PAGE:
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Scholars Day 2007, Wednesday, April 11

An Analysis of Harris’s Sparrow Population Trends

The Harris’s Sparrow is a relatively large finch that breeds exclusively in northern Canada and winters in the Central Plains of the United States. Winter Harris’s Sparrow populations have experienced a significant population decline of 1.8% / yr between 1965/1966 and 2002/2003, according to Christmas Bird Count data. This downward trend has resulted in a decline of ≥ 50 % over the last 30 years. The purpose of this study is to evaluate Harris’s Sparrow population abundance in its wintering habitat prior to the time when Christmas Bird Count data became widely available. To do this, a method developed for the declining Rusty Blackbird was used. This involved determining how qualitative, historical accounts prior to 1950 refer to Harris’s Sparrow abundance, as either abundant, common, uncommon, or rare. Although this method will not produce quantitative estimates of Harris’s Sparrow abundance prior to 1950, it can provide useful information on the population trends for the species.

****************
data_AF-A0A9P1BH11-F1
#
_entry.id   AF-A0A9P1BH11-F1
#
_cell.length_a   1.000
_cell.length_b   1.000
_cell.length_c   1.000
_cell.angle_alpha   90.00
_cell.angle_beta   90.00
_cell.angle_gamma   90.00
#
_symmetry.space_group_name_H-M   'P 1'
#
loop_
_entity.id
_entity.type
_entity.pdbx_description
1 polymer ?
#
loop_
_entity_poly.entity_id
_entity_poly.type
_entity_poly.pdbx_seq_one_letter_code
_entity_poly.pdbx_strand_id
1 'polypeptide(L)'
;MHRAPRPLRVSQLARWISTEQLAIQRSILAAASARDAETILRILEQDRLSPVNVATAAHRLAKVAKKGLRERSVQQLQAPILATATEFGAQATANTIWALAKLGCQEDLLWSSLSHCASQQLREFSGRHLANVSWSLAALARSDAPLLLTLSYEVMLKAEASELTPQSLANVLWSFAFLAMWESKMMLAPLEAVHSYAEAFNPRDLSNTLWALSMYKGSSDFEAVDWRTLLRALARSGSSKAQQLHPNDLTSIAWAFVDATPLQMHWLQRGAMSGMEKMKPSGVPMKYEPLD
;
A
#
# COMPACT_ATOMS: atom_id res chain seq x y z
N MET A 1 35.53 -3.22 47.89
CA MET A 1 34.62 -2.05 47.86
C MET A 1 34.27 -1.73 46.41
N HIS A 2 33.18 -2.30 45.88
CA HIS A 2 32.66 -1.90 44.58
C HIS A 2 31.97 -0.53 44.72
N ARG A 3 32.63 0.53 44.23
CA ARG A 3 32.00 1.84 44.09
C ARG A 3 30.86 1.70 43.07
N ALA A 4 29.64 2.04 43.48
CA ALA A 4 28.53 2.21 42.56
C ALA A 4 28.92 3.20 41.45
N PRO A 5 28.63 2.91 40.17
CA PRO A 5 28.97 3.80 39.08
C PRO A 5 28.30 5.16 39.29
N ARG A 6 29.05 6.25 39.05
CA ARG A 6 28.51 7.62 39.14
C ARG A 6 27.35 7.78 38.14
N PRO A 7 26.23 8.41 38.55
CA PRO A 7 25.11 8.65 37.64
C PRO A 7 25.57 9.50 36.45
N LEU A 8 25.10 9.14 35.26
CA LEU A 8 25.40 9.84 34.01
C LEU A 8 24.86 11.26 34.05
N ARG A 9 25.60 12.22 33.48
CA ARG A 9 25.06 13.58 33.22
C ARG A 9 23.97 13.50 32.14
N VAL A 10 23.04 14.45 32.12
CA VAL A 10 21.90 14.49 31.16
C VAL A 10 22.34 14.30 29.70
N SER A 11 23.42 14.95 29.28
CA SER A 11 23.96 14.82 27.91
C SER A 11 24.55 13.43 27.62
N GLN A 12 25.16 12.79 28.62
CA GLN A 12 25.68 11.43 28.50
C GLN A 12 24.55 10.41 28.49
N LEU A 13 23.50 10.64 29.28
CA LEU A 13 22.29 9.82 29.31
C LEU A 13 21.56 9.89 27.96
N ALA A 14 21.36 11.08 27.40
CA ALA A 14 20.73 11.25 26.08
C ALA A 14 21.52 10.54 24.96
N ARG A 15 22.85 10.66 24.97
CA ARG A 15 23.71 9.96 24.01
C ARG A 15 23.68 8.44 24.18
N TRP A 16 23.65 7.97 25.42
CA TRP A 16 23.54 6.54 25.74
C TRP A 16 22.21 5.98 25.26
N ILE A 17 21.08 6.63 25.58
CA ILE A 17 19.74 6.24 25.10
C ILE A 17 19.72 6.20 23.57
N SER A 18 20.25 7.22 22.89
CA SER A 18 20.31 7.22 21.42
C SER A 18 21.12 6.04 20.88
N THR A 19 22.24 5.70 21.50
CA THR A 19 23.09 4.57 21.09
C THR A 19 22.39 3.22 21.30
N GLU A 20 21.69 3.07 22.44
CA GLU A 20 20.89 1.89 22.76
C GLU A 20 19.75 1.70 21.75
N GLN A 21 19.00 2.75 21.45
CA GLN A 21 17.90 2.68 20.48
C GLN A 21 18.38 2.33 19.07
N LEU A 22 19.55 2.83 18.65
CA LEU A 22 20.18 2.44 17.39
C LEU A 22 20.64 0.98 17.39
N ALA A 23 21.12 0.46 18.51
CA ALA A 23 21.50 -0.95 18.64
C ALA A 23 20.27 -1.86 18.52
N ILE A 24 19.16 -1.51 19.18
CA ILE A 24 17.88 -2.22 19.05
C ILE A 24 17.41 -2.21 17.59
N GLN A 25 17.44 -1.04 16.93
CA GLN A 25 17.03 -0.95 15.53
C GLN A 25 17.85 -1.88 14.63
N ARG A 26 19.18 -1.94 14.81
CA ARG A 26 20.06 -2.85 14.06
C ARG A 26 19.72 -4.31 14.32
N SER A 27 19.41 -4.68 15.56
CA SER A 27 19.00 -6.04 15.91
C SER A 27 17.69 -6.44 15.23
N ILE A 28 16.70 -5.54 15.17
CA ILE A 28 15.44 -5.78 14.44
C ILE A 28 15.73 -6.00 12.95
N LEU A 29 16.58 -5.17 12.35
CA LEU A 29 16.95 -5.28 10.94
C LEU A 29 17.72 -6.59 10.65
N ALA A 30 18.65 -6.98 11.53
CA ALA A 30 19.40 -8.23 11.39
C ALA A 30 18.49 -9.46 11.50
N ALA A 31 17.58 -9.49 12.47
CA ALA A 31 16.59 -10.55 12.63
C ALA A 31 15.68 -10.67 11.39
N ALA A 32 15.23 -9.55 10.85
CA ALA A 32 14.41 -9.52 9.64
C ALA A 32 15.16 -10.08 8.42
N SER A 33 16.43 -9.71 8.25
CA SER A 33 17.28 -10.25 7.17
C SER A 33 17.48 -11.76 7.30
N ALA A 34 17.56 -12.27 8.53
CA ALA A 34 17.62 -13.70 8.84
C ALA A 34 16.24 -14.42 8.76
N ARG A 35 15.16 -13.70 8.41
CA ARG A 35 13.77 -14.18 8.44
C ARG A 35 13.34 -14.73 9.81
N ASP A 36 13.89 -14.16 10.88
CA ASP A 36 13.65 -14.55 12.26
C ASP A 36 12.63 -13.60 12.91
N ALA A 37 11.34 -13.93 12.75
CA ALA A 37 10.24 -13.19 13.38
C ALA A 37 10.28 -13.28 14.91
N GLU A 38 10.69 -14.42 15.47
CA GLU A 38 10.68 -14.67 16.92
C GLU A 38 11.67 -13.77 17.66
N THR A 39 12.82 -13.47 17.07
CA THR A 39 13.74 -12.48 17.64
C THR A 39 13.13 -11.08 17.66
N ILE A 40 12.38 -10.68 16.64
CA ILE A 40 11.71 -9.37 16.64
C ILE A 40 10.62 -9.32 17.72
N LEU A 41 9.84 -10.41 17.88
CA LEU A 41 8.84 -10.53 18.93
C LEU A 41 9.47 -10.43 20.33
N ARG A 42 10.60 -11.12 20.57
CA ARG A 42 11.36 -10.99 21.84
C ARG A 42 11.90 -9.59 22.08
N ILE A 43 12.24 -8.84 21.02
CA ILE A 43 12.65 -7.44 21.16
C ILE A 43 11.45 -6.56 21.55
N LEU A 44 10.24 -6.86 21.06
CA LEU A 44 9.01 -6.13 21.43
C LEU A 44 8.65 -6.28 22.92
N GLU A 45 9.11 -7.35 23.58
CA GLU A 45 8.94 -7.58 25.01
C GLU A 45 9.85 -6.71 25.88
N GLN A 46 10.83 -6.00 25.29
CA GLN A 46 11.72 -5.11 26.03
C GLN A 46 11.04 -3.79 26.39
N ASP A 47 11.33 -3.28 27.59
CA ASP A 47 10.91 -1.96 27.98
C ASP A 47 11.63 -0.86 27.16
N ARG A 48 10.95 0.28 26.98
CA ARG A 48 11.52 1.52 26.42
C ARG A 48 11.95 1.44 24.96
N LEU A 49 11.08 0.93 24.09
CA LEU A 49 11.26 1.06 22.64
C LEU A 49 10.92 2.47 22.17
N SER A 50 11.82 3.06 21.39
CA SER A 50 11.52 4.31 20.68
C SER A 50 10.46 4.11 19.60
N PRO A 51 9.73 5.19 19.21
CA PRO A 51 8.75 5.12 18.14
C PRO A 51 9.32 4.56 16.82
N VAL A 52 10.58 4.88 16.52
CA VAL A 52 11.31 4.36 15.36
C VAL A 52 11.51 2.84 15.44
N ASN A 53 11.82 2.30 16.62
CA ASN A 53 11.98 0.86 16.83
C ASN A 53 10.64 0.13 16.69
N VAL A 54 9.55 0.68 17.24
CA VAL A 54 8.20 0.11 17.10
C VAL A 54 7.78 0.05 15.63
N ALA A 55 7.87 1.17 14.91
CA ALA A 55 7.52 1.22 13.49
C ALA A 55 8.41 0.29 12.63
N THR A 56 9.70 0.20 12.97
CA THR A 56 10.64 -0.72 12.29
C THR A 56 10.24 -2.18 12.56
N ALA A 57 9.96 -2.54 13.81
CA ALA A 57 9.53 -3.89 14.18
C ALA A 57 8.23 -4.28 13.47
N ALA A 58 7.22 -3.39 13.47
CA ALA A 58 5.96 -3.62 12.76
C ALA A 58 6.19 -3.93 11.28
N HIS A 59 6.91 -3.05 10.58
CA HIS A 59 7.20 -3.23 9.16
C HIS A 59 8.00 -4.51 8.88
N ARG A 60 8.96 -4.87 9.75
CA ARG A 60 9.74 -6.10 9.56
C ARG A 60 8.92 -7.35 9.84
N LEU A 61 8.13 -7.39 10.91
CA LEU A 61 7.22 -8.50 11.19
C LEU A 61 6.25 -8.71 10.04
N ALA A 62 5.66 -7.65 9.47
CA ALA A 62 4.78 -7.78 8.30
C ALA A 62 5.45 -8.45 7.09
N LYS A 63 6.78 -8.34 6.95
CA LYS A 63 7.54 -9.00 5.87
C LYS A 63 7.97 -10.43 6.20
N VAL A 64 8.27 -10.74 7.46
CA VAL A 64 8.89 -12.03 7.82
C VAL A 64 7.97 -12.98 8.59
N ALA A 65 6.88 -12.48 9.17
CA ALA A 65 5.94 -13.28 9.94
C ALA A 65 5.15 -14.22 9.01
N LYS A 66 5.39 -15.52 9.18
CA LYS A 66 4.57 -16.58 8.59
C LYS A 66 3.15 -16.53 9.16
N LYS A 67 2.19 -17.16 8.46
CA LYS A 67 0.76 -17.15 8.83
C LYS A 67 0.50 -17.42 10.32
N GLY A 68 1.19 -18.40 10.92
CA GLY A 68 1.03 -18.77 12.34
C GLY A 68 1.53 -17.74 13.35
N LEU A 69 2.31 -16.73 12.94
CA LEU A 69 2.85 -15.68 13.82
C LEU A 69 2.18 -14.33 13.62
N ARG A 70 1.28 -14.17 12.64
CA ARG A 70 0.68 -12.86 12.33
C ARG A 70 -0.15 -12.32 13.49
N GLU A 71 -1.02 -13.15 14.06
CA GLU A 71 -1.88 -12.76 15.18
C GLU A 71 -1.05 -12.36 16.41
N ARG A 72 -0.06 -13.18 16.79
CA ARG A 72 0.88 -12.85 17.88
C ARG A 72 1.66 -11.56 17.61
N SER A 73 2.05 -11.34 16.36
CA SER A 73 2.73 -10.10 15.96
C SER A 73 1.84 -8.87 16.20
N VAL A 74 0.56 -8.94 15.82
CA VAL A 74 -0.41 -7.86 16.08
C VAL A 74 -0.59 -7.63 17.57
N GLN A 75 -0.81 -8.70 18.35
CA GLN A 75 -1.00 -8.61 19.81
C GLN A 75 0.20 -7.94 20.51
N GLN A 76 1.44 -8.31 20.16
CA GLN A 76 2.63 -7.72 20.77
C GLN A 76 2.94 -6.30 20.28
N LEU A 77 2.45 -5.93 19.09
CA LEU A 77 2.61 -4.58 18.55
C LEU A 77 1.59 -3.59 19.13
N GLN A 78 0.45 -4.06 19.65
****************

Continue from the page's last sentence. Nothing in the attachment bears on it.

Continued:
Presenter: Levi Atwater (Undergraduate Student)
Topic: Environmental Science
Location: 104 Edwards
Time: 1:30 pm (Session III)